It’s all the rage lately, the “morality” issue with self-driving cars or autonomous vehicles: What should my self-driving car do if it sees that an accident is inevitable, and somebody has to die?
The Scenario: The Car Crash That Can’t Be Avoided
Suppose I am the sole occupant in my smart car, cruising along happily on the highway. It’s driving, I’m reading.
Perhaps I’m a nice enough guy, but sadly dying of an incurable cancer, with two months to live. I’m on my way to hospice.
In my lane directly ahead of me is a school bus full of angelic, talented young people, just starting out on the journey of life. They have so much to offer, and so many good years to offer it.
Just behind me is a car speeding out of control. It’s going to rear end me in a few seconds. The laws of physics dictate that a horrendous collision is inevitable.
My beautiful autonomous vehicle does a quick calculation, and it determines that there is just enough time for my car to switch lanes. I’m safe!
Of course, this means that the school bus will get demolished instead.
One final detail: the car software knows that if I just stay in my lane and get hit, the school bus will be spared.
The Red Herring: Me or Them?
Maybe I should give it up for the kids? After all, I don’t have much longer to live, and they have their entire young lives ahead of them. Should I do the “right” thing, and stay in my lane?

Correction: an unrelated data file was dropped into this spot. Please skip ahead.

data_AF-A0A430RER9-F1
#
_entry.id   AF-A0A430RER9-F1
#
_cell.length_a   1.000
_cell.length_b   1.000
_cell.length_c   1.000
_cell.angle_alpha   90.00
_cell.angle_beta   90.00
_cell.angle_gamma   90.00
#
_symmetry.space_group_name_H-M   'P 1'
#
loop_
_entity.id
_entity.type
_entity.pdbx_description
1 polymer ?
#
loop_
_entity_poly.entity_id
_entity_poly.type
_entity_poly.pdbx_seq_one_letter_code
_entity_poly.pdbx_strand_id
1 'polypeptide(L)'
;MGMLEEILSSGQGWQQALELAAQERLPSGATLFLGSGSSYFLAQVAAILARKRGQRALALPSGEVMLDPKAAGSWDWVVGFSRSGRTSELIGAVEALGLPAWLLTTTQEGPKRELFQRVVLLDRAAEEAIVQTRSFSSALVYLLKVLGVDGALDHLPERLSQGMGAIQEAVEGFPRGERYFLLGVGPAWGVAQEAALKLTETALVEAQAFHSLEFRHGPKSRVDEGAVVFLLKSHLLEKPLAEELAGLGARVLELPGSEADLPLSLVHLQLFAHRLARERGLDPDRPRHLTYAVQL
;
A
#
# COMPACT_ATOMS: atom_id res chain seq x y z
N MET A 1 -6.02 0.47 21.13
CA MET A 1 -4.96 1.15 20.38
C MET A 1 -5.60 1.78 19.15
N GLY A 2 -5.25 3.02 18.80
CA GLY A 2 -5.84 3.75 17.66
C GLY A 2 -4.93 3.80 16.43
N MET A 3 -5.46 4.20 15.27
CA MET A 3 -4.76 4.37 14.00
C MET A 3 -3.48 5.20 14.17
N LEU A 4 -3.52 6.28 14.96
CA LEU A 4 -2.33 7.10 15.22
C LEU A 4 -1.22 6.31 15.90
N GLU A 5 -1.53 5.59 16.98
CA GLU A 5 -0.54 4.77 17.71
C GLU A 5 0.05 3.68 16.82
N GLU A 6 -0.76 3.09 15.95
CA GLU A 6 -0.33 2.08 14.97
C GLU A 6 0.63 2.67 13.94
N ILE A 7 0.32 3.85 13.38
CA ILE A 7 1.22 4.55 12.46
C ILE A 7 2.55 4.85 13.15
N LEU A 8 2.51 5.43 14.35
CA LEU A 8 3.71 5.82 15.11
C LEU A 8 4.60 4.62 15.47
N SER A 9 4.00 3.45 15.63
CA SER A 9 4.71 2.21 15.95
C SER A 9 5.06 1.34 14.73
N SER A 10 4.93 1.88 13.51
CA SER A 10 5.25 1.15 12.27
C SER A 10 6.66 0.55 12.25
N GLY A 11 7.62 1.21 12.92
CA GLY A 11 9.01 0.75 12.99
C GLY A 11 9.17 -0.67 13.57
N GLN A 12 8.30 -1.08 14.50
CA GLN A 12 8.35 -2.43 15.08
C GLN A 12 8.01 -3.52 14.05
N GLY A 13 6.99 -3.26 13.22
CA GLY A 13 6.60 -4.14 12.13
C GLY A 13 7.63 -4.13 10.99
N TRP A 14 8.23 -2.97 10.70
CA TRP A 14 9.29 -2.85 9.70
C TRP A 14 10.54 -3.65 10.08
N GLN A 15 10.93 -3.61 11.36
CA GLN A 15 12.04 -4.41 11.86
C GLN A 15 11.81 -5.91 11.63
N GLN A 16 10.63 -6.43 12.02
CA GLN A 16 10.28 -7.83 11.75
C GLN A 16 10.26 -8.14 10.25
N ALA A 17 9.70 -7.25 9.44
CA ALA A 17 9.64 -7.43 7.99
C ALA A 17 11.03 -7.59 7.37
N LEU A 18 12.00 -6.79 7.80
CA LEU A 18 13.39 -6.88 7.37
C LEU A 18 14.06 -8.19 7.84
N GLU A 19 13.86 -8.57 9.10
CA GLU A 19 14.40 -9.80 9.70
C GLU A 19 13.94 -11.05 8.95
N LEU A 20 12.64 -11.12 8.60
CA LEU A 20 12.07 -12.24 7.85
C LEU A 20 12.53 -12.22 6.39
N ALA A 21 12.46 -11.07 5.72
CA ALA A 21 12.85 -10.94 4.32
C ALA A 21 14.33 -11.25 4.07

Most people would say yes, but here’s the rub – it’s not my decision. There’s no time. It’s up to the car’s software.
Why I Don’t Give a Flying Fig
A lot of people are spinning their wheels on this one. Why is this an irrelevant or even dangerous question?
Well, here’s an interesting fact to chew on: an average of 90 people die every day in the United States alone in car crashes. According to the World Health Organization, there are on average more than 3400 deaths every day on the roads world-wide.
Autonomous/self-driving vehicles would prevent 93% of these deaths, according to Lloyd’s. That translates to saving 83 lives per days in the US, and 3160 per day world-wide.
Which means that almost every minute that we delay the implementation of self-driving technology by debating this silly red herring, one more person dies. And the injury rate is one serious, life-changing injury every 2½ to 5 seconds.
So that’s why I don’t give a flying fig, and you shouldn’t either. While these theoreticians debate how many angels can dance on the head of a pin, real people are suffering and dying every second of every day.
And that’s why I take this hard line: Anyone in government, industry, academia, or anywhere else who needlessly delays the implementation of self-driving/autonomous technology by even one minute is tantamount to being an accessory to murder. Strong stuff, but tell me why I’m wrong.